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Sunday, August 30, 2015

Mod builder design patterns

Norwegian cat by Moyan_Brenn from flickr (CC-BY)

OK, so here's a problem I have, in simplified version. There's a game, and I want to build a bunch of mods for it. Mod builder looks like this:

class FooMod < ModBuilder
  # tons of methods for different modifications and analyses

  def build_mod_files!
    # various commands to transform game file and create new ones
  end
end

FooMod.new("game/path").build!("build/path")


Where ModBuilder is base class, instantiated with path to base game, then we call #build! telling it where it should output generated mod. #build! in base class does all the boring admin stuff and calls #build_mod_files! in subclass to do all the stuff that's specific to particular mod.

This pattern has been quite successful for me - you can check a lot of Crusader Kings 2 and Europa Universalis 4 mods of various sizes built I made with it in this repository. There's also similar code for some other games like Medieval 2 Total War and Factorio in my various repositories on github.

I guess it suffers from problem that FooMod class can easily become quite monstrous, but in the grand scheme of things I can live with it.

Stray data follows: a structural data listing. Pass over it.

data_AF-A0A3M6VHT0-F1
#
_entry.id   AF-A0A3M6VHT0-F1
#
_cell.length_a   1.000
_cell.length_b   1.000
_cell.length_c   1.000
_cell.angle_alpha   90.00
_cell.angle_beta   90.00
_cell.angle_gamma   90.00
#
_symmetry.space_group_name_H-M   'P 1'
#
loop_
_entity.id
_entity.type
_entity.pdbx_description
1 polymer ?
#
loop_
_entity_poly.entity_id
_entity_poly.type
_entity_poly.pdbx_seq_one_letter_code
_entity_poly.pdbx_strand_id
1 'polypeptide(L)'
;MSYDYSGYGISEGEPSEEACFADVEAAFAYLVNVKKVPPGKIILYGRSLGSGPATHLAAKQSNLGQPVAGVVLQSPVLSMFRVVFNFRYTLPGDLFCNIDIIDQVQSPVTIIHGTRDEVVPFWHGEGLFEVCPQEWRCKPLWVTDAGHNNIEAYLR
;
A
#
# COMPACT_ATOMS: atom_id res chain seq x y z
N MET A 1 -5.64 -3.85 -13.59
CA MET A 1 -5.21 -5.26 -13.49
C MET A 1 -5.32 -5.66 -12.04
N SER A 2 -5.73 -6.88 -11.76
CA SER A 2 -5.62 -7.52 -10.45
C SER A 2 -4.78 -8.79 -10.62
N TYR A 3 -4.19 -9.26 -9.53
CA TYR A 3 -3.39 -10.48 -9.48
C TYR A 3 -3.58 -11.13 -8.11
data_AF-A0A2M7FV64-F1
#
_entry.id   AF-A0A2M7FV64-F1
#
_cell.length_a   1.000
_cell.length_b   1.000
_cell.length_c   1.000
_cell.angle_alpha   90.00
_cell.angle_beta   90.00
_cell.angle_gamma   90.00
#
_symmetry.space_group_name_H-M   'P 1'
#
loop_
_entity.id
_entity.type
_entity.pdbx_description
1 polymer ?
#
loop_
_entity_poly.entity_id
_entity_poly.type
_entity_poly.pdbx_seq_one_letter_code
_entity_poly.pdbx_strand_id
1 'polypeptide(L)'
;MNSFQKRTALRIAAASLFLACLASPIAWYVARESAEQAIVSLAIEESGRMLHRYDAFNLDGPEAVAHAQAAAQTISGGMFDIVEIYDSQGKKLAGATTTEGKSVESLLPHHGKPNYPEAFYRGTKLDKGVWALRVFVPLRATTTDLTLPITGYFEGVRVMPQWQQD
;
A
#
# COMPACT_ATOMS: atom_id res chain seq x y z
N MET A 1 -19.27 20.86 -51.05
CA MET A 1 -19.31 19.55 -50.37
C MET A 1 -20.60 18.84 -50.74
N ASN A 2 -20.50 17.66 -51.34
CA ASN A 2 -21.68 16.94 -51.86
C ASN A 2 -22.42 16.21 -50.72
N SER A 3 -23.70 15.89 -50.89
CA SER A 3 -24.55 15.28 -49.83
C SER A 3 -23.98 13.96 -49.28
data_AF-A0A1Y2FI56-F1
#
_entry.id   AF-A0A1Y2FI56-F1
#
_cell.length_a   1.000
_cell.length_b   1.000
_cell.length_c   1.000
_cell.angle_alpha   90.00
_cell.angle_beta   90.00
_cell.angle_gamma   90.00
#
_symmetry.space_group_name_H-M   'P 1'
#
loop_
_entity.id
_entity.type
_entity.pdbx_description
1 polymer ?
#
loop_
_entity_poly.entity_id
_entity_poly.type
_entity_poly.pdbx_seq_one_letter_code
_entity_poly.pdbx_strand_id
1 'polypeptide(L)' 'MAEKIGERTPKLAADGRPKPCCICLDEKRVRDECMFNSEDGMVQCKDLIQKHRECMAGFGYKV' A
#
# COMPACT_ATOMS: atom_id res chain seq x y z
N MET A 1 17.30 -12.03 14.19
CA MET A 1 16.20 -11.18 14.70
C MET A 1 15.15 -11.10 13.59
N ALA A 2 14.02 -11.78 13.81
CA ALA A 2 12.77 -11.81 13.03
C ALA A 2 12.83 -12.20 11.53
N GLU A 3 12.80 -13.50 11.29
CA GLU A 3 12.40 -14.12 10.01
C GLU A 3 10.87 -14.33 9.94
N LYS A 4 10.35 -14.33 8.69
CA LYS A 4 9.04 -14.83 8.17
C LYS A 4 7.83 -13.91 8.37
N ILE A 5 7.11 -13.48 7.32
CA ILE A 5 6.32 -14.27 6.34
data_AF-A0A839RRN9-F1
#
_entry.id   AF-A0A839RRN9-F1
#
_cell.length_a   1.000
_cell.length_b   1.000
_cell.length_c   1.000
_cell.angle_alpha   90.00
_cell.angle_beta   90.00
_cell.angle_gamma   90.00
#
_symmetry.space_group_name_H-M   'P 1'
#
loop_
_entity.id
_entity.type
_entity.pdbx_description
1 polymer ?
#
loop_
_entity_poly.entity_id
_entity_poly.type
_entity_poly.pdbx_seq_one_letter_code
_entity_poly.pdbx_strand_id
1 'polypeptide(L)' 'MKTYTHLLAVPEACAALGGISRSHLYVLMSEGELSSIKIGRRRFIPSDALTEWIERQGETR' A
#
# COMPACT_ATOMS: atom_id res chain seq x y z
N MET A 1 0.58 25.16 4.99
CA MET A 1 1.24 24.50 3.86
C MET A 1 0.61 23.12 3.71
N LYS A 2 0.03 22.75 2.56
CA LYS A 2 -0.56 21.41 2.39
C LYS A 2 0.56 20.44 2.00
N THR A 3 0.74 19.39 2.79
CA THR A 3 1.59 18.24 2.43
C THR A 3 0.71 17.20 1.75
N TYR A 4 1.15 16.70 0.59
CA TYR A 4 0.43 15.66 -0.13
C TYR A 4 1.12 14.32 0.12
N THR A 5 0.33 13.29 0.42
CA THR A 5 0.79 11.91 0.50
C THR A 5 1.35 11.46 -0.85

Multiple mods problem and obvious solution

So here's the problem with the pattern above. Sometimes I want to play with multiple mods. This works just fine as long as they avoid modifying same files, but that's not always possible - often one file does so many things completely unrelated changes will end up editing it.

The only easy way around it is to merge both mods. This can't be reliably done by third party tools like diff3 as they have no idea about semantics of conflicting files, it needs to be done from within mod builder, something like this:

class FooBarMod < FooMod < BarMod
  def build_mod_files!
    FooMod::build_mod_files!
    BarMod::build_mod_files!
  end
end
FooBarMod.new("game/path").build!("build/path")